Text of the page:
There are lots of potential answers to that, like how engaging crafting was in FFXIV from an early point, or how the game was unafraid to luxuriate in its MMO nature aside from the story, or how well the balance worked. But I think the truth of the matter is even more simple and yet difficult to analyze: FFXIV, even just in its relaunch, had a spark of something. It was a game that got a whole heck of a lot right immediately, out of the (second) gate.

Oh, sure, the early dungeons were not amazing, and I look back at them now and see weaknesses. But I still ran them gladly and repeatedly, and they felt novel and engaging then. Sure, the original versions of Castrum Meridianum and The Praetorium were kinda terrible and a lesson in making eight-player dungeons. Still cool the first time, though. I could not tell you what gave the game the right alchemy right from that first demo station, even now, but I can tell you that it was there.

Playing FFXIV felt like the first time I kissed someone in the hot haze of late July evening, an unexpected brush of the lips and pressure that quickened my heartbeat and set my mind on fire. It felt like being told “hey, this is great” after turning in a draft at work that I was worried about. It was making a risky plan at a tabletop game, throwing a pair of dice, and seeing them stop at just the right point.

And then the team just had to deliver and improve for another decade. That’s easy, right?


There are always people with bad takes about the game. I talked about it last week, even, and had people swarming the comments complaining about content the game used to deliver while ignoring that all the listed content in question is still provided at the same pace as always. (In other words, it wasn’t Hard dungeons. Bang!) And that’s honestly nothing new. Some people are going to be like that; some people are going to mark down stories because they include references to the wrong games or whatever. Not everything is going to be equally fun for everyone else.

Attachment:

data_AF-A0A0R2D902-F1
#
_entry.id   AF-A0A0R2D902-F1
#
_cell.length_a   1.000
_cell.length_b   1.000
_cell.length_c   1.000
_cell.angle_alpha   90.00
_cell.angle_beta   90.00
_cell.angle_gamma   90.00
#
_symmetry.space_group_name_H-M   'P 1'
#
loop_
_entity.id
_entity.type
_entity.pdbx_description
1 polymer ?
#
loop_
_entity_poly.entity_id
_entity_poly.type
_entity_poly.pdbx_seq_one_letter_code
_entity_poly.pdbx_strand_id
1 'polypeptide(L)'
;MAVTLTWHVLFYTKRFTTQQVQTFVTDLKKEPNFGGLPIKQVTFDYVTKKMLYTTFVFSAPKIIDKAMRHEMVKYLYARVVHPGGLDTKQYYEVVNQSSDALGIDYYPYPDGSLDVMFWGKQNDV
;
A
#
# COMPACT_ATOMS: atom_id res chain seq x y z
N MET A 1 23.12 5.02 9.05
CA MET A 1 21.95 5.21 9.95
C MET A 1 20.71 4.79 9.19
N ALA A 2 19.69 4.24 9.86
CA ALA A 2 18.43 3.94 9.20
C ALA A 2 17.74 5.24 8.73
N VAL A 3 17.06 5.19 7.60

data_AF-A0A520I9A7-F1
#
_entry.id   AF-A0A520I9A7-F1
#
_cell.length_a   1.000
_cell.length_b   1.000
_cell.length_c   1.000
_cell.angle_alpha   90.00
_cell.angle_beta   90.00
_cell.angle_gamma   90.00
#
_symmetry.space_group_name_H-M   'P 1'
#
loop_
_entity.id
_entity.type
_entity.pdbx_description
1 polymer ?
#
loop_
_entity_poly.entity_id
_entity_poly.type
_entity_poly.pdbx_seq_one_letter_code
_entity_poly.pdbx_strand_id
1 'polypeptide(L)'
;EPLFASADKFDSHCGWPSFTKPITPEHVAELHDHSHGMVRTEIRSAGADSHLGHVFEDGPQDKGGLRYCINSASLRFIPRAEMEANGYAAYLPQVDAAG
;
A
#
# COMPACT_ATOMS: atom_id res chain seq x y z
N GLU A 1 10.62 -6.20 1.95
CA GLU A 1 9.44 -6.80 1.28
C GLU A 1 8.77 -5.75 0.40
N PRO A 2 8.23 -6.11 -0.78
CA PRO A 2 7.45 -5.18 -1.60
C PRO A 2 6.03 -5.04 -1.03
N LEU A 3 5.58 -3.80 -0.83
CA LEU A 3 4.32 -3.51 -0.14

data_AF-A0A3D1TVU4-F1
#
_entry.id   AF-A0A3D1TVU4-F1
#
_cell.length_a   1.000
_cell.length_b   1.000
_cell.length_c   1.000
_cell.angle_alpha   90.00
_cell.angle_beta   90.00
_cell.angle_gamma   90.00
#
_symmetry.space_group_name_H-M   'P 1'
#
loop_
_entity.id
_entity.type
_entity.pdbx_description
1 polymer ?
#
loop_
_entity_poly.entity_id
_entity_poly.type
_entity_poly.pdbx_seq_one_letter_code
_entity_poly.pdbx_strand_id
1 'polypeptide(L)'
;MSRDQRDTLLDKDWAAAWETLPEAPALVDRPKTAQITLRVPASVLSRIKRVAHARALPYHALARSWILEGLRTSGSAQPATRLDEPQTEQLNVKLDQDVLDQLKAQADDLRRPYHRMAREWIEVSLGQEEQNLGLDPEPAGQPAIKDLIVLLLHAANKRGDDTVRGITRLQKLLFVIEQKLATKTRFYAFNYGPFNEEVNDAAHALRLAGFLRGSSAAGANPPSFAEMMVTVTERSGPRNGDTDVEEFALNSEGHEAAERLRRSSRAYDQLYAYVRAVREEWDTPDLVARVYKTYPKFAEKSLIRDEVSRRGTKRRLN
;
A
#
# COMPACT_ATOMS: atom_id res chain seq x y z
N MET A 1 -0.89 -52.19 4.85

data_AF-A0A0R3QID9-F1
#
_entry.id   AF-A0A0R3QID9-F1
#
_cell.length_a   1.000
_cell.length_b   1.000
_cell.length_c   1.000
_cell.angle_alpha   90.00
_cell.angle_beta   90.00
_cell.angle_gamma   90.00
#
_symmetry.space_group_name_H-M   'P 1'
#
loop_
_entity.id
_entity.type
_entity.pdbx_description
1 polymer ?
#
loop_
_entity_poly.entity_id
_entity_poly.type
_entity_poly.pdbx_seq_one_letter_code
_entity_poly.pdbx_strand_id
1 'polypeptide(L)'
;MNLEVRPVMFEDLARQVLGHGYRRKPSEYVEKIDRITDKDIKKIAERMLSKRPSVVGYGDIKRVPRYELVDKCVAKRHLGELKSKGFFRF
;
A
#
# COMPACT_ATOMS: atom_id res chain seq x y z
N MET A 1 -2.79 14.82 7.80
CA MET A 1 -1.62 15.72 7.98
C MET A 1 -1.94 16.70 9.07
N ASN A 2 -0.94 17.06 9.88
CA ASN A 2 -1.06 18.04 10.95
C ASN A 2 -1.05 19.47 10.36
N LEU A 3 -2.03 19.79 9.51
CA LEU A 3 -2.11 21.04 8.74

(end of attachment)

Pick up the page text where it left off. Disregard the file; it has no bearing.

And it’s not as if the game has done everything right, either. We still haven’t found a good form of content for relics after three different tries (the current setup is efficient, but that’s not the same as good). Housing is still a mess. Balance is an ever-shifting target. Some stories are still weaker than others, and we’re reaching the point where there’s a really unconscionably long content ladder for new players as well as a meaningful disparity between older content and newer iterations.

But after a decade, the game is still known to be a happening place to hang out. New players are still showing up. The community is known as welcoming. People have fun. I’ve never been remotely inclined to rank the expansions for the game because the worst of them has still been very good. Naoki Yoshida comes on-stage and people are still excited to see him after a decade. That’s something special.

A decade later, I’m still chilling in Etheirys and happy to be here. Maybe the next decade will change that, I don’t know. But even if it does, 10 years is a really good run.

Feedback, as always, is welcome in the comments or via mail to eliot@massivelyop.com. Apologies if this one feels a little disjointed, but… it’s tough to really sum up this experience over the past decade, I’m not going to lie. There’s a lot to be left on the cutting room floor. So you know what? Let’s talk about that next. Let’s talk about the cutting room floor that we already know for FFXIV, not in terms of changed story but just undelivered features. And no, I’m not talking about 1.0.

The Nymian civilization hosted an immense amount of knowledge and learning, but so much of it has been lost to the people of Eorzea. That doesn’t stop Eliot Lefebvre from scrutinizing Final Fantasy XIV each week in Wisdom of Nym, hosting guides, discussion, and opinions without so much as a trace of rancor.